The International Monetary Fund (IMF) says the Government should consider implementing a land taxes to help make sure KiwiBuild does not crowd out private housing developers.
The Fund is lobbying the Tax Working Group (TWG) directly, saying raising the tax “would increase the recurrent cost of holding land, thereby encouraging its re-development.”
On Wednesday, the IMF released its 2018 Article IV Consultation – a yearly discussion and assessment on a country’s economy – for New Zealand.
The full report comes after IMF Asia and Pacific Division Chief Thomas Helbling and his team completed a fact-finding mission earlier this year.
Although much of the report did not stray from Helbling’s assessment at the time, its comments on the land tax are new.
The report says KiwiBuild can provide the certainty needed to redirect builders’ incentives toward lower-priced housing and adopt new, more cost-effective building technology.
“[But] the direct market intervention by the Government also comes with risks to the budget and risks of crowding out private housing supply and market distortions more broadly.”
Raising land taxes, the IMF says, will help the Government meet its KiwiBuild goal.
In fact, a Tax Working Group in 2010 said it would be one of the best ways to help improve housing affordability because it would reduce the value of land.
Finance Minister Grant Robertson has already told the TWG a land tax, on family land under the family home, was off limits.
But beyond that, there is scope, according to TWG Chair Michael Cullen who referred to a land tax in a discussion document in March.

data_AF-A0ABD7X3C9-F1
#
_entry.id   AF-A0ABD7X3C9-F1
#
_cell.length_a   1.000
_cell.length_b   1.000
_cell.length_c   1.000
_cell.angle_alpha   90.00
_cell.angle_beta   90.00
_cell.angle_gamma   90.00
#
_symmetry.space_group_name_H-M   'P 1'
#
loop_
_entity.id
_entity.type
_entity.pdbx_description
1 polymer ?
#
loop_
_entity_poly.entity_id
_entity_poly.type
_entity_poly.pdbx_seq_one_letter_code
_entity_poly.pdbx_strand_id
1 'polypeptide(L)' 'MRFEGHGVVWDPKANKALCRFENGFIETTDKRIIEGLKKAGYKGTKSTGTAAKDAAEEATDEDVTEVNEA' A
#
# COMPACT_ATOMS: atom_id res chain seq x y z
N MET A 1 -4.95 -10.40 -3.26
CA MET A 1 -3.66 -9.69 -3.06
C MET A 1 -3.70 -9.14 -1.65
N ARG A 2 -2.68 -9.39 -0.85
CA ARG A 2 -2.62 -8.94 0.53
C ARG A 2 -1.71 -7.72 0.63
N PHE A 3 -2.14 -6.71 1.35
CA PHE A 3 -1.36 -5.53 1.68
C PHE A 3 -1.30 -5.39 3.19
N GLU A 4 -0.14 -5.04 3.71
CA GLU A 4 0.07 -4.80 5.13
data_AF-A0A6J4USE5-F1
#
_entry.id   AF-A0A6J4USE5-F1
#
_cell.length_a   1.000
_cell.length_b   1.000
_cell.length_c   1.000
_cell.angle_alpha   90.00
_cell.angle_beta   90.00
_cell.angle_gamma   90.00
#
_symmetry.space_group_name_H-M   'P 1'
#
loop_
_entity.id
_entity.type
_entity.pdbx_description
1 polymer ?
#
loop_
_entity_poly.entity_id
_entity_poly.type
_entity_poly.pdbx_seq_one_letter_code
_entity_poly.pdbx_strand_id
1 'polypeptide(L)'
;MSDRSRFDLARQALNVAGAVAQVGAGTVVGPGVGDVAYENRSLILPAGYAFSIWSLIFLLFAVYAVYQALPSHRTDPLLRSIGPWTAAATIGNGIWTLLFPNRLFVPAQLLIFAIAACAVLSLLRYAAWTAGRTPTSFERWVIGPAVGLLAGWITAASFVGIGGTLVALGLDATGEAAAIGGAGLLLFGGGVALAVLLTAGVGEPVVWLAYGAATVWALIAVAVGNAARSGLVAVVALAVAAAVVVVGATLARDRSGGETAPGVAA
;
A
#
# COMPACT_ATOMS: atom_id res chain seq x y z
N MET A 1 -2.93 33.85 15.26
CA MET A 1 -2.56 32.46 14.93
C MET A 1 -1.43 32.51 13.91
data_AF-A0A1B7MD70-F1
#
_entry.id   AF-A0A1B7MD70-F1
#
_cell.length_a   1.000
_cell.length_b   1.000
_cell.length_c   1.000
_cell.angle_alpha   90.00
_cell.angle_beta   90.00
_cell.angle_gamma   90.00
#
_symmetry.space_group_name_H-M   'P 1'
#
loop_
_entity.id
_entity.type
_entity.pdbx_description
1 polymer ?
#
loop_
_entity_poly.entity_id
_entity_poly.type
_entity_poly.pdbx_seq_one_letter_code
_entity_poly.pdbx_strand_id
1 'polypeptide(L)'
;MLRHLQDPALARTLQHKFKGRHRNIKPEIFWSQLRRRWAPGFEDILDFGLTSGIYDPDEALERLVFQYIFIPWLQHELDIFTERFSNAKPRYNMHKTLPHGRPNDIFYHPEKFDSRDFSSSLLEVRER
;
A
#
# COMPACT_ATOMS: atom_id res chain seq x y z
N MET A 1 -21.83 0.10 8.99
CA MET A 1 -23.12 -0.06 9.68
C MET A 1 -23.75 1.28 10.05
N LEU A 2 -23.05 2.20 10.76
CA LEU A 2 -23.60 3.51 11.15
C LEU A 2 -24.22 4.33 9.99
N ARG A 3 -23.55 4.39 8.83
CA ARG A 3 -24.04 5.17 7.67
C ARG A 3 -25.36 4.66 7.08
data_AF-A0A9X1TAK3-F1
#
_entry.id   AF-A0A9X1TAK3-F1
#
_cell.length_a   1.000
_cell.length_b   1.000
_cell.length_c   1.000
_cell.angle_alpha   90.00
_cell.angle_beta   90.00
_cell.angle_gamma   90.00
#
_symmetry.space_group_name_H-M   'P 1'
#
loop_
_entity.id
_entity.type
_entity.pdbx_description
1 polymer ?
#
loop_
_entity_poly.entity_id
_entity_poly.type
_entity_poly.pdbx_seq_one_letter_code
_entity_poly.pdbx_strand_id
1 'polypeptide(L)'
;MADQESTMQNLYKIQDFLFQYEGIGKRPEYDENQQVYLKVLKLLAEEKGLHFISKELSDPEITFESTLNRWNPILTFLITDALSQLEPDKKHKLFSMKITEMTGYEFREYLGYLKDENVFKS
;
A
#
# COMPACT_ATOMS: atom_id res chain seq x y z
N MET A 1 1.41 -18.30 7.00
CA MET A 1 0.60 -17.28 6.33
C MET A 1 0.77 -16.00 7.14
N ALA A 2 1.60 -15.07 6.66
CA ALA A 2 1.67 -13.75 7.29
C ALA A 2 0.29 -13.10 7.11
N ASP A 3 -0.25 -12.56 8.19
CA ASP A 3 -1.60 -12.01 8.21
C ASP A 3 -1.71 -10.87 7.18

“How would … a land tax (excluding the land under the family home) affect housing affordability, and would these taxes improve the current system for capital income taxation?” the paper asked.
Cullen outlined that both land taxes and a capital gains tax would be among the most “contentious issues” the group would have work through.
No further debt
The IMF also says Government debt does not need to go any lower than has already been forecast.
“While the authorities’ prudent fiscal management is commendable, there is, at a minimum, no need for faster debt reduction beyond that outlined in the FY2018/19 Budget.”
The Budget showed net Core Crown debt decreasing to 19.2% by 2022 – well below the Government’s 20% upper debt limit.
The report says instead of not taking on as much debt, the Government should further focus on rebuilding infrastructure.
“According to analysis published by the Global Infrastructure Hub, New Zealand is facing an annual shortfall of almost 0.3% of GDP on infrastructure investment in transportation, telecommunications, electricity and water services.”
This will, according to the report, translate into a cumulative gap of 9.5% of GDP by 2040.
The IMF also appears to be lobbying for the Reserve Bank to receive more funding from the Government.
It doubles down on its assessment that there was an “urgent need” for a debt-to-income (DTI) limit to be added to the Reserve Bank’s macro-prudential toolbox, as well as a beefing up of the supervisory pillar of the bank’s approach to regulation.
“Related reforms should be prioritised in the deliberations, implementation, and addition of resources,” the report says.